Topic-Appropriate Excuses for Plagiarism in Philosophy Papers


For a paper on time travel: “I didn’t plagiarize David Lewis’s 1976 American Philosophical Quarterly paper. In 1975, he traveled to the future and plagiarized me!”

That’s one of 10 “philosophically legitimate” plagiarism excuses offered up by Travis Timmerman (Seton Hall) over at McSweeney’s. He has a number of good ones, such as:

For a paper on the problem of evil: “Yes, my paper arguing that the evidential version of the problem of evil succeeds was plagiarized, but for good reason. The paper is a piece of performative philosophy. It serves as a prime example of the very issue being discussed.”

For a paper on skepticism: “You think I plagiarized, but you cannot rule out the possibility that an evil demon is implanting false memories to make it seem as if my paper is identical to another student’s paper. If you cannot prove that an evil demon isn’t implanting these false memories in you, then you cannot know that I plagiarized.”

The rest are here. I imagine readers can come up with some of their own. Share them in the comments.

Bridget Riley, “Copy after Seurat’s Bridge at Courbevoie”

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Arthur Greeves
Arthur Greeves
3 years ago

Or perhaps the Lewis student could argue that all possible worlds exist, and that THIS world is the possible world where she and Lewis just happen to independently write exactly the same words on a paper.Report

Alan White
Alan White
3 years ago

But Professor! I was just expressing C L Stevenson’s view!Report

Joel David Hamkins
3 years ago

Let me prove that my logic paper was not an instance of plagiarism. In order to do so, consider the statement A, which asserts that “If A is true, then I wasn’t plagiarizing.” As a preliminary step, I shall prove that A is true. It is a conditional statement, so we can assume the hypothesis, which is A itself. But if A is true, then the hypothesis of A is true, and hence so is its conclusion. So I wasn’t plagiarizing, by modus ponens. Thus, we’ve proved that the conclusion of A follows from its premise, and so we’ve proved that A is true. Thus, the hypothesis of A is true, and hence so is its conclusion. So I wasn’t plagiarizing! QEDReport

Paul
Paul
3 years ago

Travis Timmerman: “I think you plagarized.”

Socrates: “What is plagarism?”

*Travis gives a definition. Socrates gives counterexamples. Travis revises definition. Socrates gives more counterexamples. This process repeats itself 10X. By the end of the dialogue Socrates concludes that since no one has a satisfactory definition of plagiarism, nobody knows if Socrates really plagiarized.*Report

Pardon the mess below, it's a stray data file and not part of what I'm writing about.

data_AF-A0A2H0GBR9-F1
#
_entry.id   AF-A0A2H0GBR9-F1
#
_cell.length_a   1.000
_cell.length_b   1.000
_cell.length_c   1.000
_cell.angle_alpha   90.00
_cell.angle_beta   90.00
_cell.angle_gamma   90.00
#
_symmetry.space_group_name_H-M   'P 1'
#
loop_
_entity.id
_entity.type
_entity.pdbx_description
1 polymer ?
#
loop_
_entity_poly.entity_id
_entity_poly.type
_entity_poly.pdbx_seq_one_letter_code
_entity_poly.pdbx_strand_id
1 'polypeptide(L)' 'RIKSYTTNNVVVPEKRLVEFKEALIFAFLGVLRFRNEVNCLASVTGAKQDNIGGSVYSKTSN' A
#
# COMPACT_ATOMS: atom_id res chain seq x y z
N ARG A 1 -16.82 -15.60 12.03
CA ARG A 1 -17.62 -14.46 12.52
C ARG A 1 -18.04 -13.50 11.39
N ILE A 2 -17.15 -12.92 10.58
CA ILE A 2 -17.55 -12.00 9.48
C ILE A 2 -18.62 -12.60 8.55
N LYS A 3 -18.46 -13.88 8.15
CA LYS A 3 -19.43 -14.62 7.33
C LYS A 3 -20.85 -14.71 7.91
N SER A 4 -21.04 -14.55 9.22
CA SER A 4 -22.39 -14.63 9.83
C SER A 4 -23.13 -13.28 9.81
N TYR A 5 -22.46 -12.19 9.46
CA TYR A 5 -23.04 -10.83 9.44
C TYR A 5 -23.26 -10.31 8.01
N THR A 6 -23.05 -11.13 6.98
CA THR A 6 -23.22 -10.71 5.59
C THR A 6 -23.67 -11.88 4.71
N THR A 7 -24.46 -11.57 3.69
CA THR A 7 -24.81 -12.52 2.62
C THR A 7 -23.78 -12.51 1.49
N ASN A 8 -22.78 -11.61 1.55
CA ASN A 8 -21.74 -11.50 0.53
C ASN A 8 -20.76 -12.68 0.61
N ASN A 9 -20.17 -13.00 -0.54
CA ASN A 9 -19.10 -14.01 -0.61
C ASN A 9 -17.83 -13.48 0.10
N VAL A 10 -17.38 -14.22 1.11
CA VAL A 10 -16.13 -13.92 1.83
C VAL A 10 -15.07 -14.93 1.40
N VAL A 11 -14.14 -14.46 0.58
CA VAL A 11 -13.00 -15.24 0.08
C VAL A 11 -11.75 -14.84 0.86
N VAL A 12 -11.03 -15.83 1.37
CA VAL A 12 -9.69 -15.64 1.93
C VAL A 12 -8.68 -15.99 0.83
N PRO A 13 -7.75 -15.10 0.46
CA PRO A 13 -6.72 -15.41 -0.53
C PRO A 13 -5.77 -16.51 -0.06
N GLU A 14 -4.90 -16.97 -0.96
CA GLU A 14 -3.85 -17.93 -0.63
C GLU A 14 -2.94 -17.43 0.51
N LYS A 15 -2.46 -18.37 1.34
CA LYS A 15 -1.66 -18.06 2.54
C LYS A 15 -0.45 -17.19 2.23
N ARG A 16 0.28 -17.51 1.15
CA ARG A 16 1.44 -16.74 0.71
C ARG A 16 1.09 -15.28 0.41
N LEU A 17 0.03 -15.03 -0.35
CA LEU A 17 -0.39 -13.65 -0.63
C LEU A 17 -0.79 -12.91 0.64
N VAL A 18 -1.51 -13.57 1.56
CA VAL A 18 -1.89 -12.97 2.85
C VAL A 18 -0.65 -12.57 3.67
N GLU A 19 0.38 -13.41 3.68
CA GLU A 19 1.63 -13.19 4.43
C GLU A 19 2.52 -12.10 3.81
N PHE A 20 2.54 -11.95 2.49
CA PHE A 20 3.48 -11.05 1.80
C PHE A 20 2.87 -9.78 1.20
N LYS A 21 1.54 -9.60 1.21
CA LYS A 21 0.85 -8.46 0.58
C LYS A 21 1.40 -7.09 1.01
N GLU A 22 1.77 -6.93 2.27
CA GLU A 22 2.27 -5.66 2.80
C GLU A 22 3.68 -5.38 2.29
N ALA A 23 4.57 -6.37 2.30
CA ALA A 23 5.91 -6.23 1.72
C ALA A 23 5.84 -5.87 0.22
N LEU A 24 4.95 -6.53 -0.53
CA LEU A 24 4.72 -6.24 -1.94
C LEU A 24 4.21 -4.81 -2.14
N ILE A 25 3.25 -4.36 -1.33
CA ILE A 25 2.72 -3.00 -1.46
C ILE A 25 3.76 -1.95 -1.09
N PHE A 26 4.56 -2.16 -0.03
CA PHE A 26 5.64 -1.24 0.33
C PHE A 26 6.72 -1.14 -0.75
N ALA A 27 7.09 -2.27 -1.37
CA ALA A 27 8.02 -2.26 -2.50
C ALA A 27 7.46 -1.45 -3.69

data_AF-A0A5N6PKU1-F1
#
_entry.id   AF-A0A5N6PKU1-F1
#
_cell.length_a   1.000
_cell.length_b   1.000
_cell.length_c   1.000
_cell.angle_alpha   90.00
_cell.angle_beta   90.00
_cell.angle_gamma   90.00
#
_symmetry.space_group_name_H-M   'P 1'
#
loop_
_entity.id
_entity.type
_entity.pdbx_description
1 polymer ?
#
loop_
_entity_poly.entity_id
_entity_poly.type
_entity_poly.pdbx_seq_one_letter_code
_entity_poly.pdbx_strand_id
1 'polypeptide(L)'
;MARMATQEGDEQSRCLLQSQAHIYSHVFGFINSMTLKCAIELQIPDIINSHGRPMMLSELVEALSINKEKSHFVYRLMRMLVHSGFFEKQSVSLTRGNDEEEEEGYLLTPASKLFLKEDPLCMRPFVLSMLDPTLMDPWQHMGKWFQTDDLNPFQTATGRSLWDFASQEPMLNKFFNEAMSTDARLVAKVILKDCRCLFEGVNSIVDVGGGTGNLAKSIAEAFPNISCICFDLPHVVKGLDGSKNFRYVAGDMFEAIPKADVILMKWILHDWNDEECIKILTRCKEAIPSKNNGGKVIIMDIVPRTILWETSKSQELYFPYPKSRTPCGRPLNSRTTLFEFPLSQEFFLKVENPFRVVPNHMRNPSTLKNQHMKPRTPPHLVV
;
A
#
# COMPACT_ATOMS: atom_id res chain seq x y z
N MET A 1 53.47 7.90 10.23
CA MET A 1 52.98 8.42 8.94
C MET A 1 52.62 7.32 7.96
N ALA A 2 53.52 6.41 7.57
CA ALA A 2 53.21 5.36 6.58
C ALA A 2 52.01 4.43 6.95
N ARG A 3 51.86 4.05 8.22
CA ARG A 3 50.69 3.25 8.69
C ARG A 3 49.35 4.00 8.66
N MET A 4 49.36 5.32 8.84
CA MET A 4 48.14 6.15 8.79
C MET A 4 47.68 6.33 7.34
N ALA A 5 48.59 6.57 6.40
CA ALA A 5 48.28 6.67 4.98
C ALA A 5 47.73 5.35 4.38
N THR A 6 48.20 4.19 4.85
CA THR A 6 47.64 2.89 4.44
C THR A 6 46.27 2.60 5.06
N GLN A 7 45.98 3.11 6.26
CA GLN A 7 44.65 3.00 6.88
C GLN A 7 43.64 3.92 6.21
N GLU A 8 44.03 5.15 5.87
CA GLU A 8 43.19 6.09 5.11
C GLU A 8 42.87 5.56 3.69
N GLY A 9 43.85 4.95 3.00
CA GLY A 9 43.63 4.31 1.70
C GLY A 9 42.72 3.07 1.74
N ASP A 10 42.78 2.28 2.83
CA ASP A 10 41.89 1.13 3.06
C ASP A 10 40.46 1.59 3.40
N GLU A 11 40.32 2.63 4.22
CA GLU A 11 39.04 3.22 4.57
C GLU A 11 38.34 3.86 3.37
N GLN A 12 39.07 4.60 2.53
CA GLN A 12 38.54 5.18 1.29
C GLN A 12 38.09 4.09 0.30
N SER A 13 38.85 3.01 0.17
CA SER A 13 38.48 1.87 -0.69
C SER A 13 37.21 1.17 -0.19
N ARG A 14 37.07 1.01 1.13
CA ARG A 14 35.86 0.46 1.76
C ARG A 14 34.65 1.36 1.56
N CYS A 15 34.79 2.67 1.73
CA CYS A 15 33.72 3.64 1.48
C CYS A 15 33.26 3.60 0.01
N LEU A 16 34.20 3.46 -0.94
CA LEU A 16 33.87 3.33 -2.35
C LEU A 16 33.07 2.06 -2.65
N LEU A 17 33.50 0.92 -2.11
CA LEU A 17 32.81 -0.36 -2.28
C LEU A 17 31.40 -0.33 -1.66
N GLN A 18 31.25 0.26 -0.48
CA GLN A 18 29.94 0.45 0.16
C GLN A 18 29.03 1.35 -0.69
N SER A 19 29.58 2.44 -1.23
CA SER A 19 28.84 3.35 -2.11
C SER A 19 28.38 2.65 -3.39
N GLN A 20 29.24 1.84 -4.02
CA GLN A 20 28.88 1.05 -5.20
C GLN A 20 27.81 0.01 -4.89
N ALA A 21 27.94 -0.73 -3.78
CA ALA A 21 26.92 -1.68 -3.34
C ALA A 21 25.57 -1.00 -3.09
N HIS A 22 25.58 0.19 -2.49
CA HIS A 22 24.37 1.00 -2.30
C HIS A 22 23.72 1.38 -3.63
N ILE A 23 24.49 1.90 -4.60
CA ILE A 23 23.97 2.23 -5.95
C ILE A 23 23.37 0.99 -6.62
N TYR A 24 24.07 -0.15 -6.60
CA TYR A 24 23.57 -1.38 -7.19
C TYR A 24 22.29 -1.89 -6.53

DeadAuthor
DeadAuthor
3 years ago

“You’ve just copied and pasted ‘Death of the Author’ by Roland Barthes.”
“Yes.”
“…”
“…”
“And this other essay is just ‘Art in the Age of Mechanical Reproduction’ by Walter Benjamin.”
“Yes.”
“…”
“…”Report

Mark Jones
3 years ago

For a paper on identity: “Yes, I plagiarised, but the original paper was written by a copy of me generated after an accident in a teleportation machine.”Report

Clement
Clement
3 years ago

“With regard to the recent accusations about my plagiarism, here is what happened. When I was writing the text on Derrida which contains the problematic passages, a friend told me about Kevin Macdonald’s theories, and I asked him to send me a brief resume. The friend send [sic] it to me, assuring me that I can use it freely since it merely resumes another’s line of thought.”

“Over the years, bodies of material, as they moved from notes to notes and drafts to drafts, sometimes lost contact with their sources.”
Report

Jason Brennan
Jason Brennan
3 years ago

“Sure, I didn’t write this paper on Rawls. But why should the real author get credit and not me? Her superior philosophical skills are just the result of good genes and/or fortuitous upbringing, neither of which she earned.”Report

Smith&Jones
Smith&Jones
Reply to  Jason Brennan
3 years ago

I find this one strangely compelling. Report

Travis Timmerman
3 years ago

Thanks for sharing this Justin! Here’s one from the cutting room floor.

For a paper on actualism in ethics: “I really wanted to write an original paper, but I was obligated to plagiarize because if I didn’t plagiarize this paper, my future self would have plagiarized two papers! I shouldn’t be punished for simply fulfilling my moral obligations.”Report

Jason Brennan
Jason Brennan
3 years ago

“No, I didn’t write this paper on property. But no one has used the paper in 30 years, so it reverted back to the commons where I justly appropriated it.”Report

harry b
3 years ago

I’ve heard a story about Marilyn Adams which may well be apocryphal, but shouldn’t be. She hauled an undergraduate into her office whose paper she believed to be plagarized. After a brief discussion, she asked the student “How did you think you would get away with it?”, to which the student responded “Well, I knew you would agree with what I said, and I thought that since you wrote the paper a long time ago you’d have forgotten about it”.

I did once get a paper which had plagarized a paper by my then colleague Noel Carroll. I recognized it because, by an odd coincidence, I had also just read Noel’s paper. When I told Noel about it he said I should give her an A for having good taste.Report

Steve
Steve
3 years ago

For a paper on Confucian ethics: ‘I decided to test whether imitation really is the easiest route to wisdom. Guess not’

For a paper on Mill: ‘it didn’t harm anyone!’

For a paper on Kantian ethics: ‘But everyone else did it as well!’Report